By John Crane
Published: September 30, 2009
The director of Virginia Tech’s Center for Coal and Energy Research says its role to administer funding for a uranium mining study poses no conflict of interest.
At least one mining opponent contends Virginia Tech stands to benefit from the excavation of uranium at Coles Hill by expanding its nuclear engineering program.
“… (Virginia) Tech’s having a domestic supply of uranium ore in its backyard would complement its nu-clear engineering program in no small measure,” said Anne Cockrell, a Danville resident and member of Southside Concerned Citizens, a group that opposes uranium mining, via e-mail Wednesday.
During an interview Wednesday, Michael Karmis, director of Virginia Tech’s Center for Coal and Energy Research, called Cockrell’s allegations “a very silly argument.” The nuclear engineering program at the school has nothing to do with Coles Hill, Karmis said.
A lack of engineering capabilities in the work force to run nuclear power plants and nuclear programs at military bases is prompting schools like Virginia Tech to revive their engineering departments, Karmis said. Industries did not hire engineers in the 80s and 90s, leaving a generation gap among nuclear and other types of engineers, Karmis said. Nuclear engineering has become almost extinct and engineers about to retire need to be replaced, he said. In addition, demand for nuclear power is increasing, he said.
“That’s what the universities are responding to,” Karmis said.
Virginia Uranium Inc. seeks to mine and mill a 119-million-pound uranium ore deposit at Coles Hill, about six miles northeast of Chatham. Virginia currently has a moratorium on uranium mining. Delegate Terry Kilgore, head of the Virginia Coal and Energy Commission, sent a written request in August to the National Research Council, an arm of the National Academy of Sciences, to conduct the study. NRC officials say the proposed study is worth pursuing.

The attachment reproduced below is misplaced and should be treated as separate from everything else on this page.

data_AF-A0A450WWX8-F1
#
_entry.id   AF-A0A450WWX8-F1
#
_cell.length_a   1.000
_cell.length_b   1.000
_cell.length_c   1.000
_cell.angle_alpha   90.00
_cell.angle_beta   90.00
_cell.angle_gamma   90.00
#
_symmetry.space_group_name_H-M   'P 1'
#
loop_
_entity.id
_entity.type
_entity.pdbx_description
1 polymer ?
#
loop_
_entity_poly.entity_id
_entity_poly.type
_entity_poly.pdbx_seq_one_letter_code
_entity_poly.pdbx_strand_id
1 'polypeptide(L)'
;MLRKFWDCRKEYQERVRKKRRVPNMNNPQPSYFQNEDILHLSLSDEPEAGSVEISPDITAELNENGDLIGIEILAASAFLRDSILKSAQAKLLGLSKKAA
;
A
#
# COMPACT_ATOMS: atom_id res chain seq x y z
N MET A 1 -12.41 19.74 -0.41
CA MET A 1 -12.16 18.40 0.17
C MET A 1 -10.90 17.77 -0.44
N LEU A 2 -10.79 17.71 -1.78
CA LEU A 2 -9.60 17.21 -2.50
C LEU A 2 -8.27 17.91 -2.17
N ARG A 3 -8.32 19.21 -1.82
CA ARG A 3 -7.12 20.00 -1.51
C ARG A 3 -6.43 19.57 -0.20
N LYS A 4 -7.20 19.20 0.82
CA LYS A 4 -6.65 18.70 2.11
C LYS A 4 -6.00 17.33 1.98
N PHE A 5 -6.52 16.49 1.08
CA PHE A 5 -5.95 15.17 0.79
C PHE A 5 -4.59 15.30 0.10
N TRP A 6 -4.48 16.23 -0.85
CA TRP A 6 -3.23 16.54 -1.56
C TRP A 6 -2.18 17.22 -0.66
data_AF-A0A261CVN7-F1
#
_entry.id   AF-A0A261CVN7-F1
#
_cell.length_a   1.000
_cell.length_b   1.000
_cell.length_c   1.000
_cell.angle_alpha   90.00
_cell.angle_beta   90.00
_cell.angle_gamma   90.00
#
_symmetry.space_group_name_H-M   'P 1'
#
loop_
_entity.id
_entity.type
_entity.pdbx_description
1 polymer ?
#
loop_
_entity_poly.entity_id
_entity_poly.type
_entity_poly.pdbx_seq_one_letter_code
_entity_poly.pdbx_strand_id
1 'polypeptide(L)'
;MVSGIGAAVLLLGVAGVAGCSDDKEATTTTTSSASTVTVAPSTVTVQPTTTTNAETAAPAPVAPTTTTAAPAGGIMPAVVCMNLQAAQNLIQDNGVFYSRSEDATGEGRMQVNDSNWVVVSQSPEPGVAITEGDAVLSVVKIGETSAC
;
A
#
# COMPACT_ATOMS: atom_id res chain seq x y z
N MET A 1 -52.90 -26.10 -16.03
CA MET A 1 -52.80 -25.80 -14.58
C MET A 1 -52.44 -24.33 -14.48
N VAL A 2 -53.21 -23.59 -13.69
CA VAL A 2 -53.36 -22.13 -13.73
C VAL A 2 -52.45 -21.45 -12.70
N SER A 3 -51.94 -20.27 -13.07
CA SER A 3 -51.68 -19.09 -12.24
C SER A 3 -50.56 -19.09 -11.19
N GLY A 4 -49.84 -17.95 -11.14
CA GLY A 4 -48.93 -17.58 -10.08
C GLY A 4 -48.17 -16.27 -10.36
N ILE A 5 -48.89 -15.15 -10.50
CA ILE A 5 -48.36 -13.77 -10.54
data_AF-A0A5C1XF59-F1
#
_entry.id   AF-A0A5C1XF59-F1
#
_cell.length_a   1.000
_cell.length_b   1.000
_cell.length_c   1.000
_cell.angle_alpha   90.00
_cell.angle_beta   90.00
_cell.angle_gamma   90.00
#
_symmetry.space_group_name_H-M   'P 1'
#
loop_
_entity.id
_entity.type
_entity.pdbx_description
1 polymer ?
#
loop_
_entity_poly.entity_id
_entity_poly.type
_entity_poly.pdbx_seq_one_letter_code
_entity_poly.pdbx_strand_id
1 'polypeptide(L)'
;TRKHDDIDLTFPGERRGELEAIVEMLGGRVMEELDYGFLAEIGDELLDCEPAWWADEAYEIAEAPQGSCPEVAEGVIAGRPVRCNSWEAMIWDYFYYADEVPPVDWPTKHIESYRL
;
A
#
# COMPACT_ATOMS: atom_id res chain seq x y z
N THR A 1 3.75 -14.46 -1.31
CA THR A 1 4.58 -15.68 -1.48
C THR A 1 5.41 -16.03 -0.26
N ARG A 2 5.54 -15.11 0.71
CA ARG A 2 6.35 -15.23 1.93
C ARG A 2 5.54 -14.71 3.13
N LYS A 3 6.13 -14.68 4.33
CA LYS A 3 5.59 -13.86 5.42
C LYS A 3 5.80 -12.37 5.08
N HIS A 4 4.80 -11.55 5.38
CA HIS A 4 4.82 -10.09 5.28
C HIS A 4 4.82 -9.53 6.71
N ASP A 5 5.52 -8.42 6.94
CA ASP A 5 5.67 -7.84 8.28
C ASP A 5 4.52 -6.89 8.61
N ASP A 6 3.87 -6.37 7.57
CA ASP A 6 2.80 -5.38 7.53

Mining supporters say an operation at Coles Hill would bring economic benefits to Southside and supply hundreds of jobs. Opponents believe the project would destroy the environment and threaten public health in Pittsylvania County.
Cockrell said the nuclear-power industry, including Areva, Dominion Power and Oakridge National Laboratories, is working with schools like Virginia Tech to help train more nuclear engineers to run planned nuclear-power plants. Also, Cockrell said professor and graduate students of Virginia Tech’s departments of geosciences and hydrogeosciences have conducted on-site studies and tests of unmined uranium at Coles Hill.
“Clearly Virginia Tech’s studies at Coles Hill are contributing to the front end of the nuclear fuel cycle, the mining and milling of uranium,” Cockrell said in her e-mail.
William Kearney, a spokesman for the NRC, said the organization operates independently of sponsors, who have no role in the study’s results
“Nobody knows the outcome of the study which hasn’t even started,” Kearney said of opponents’ allega-tions. “The study still needs to be approved by our governing board.”
Kearney said the NRC’s governing board will likely discuss the study request at the board’s regular meeting this month or in November. In the meantime, NRC staff will prepare a prospectus, or study proposal, that will include a scope, timeline, likely costs and sponsorship, Kearney said. The board would review the prospectus before deciding whether to approve the request.
The study’s first portion would cost $1.2-$1.4 million. Virginia Tech’s Virginia Center for Coal and Energy Research will handle the money and work with the NAS for the study. The second part of the study, dealing with the socioeconomic aspects of mining, still needs to be worked out by the Virginia Coal and Energy Commission. VUI will not fund the second part.
Katie Whitehead, a member of the Dan River Basin Association, said a detailed draft contract should be open to the public.
“A draft contract with details regarding such things as financial provisions, public hearings, interim reports, and release of information needed for the socioeconomic study should be made available for public comment,” Whitehead said in a statement. “For transparency, a meeting to explain the draft contract and take comments is essential.”